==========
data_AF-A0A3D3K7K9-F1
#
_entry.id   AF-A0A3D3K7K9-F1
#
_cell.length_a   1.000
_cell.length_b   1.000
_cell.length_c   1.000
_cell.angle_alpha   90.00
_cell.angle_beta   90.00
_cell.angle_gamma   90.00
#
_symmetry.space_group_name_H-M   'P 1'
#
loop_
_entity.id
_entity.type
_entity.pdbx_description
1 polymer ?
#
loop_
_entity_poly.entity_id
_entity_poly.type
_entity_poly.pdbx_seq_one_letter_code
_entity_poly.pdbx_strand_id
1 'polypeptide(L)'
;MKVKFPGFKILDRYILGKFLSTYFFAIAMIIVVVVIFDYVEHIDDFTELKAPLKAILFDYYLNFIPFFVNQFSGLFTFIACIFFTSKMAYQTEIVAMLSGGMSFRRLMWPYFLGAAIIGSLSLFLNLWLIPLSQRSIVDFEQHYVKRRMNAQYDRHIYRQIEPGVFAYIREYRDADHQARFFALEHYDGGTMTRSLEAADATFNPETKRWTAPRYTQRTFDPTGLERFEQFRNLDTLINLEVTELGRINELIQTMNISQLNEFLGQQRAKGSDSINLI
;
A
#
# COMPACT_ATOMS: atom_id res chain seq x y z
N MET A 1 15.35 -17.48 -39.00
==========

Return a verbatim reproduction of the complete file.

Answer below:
data_AF-A0A3D3K7K9-F1
#
_entry.id   AF-A0A3D3K7K9-F1
#
_cell.length_a   1.000
_cell.length_b   1.000
_cell.length_c   1.000
_cell.angle_alpha   90.00
_cell.angle_beta   90.00
_cell.angle_gamma   90.00
#
_symmetry.space_group_name_H-M   'P 1'
#
loop_
_entity.id
_entity.type
_entity.pdbx_description
1 polymer ?
#
loop_
_entity_poly.entity_id
_entity_poly.type
_entity_poly.pdbx_seq_one_letter_code
_entity_poly.pdbx_strand_id
1 'polypeptide(L)'
;MKVKFPGFKILDRYILGKFLSTYFFAIAMIIVVVVIFDYVEHIDDFTELKAPLKAILFDYYLNFIPFFVNQFSGLFTFIACIFFTSKMAYQTEIVAMLSGGMSFRRLMWPYFLGAAIIGSLSLFLNLWLIPLSQRSIVDFEQHYVKRRMNAQYDRHIYRQIEPGVFAYIREYRDADHQARFFALEHYDGGTMTRSLEAADATFNPETKRWTAPRYTQRTFDPTGLERFEQFRNLDTLINLEVTELGRINELIQTMNISQLNEFLGQQRAKGSDSINLI
;
A
#
# COMPACT_ATOMS: atom_id res chain seq x y z
N MET A 1 15.35 -17.48 -39.00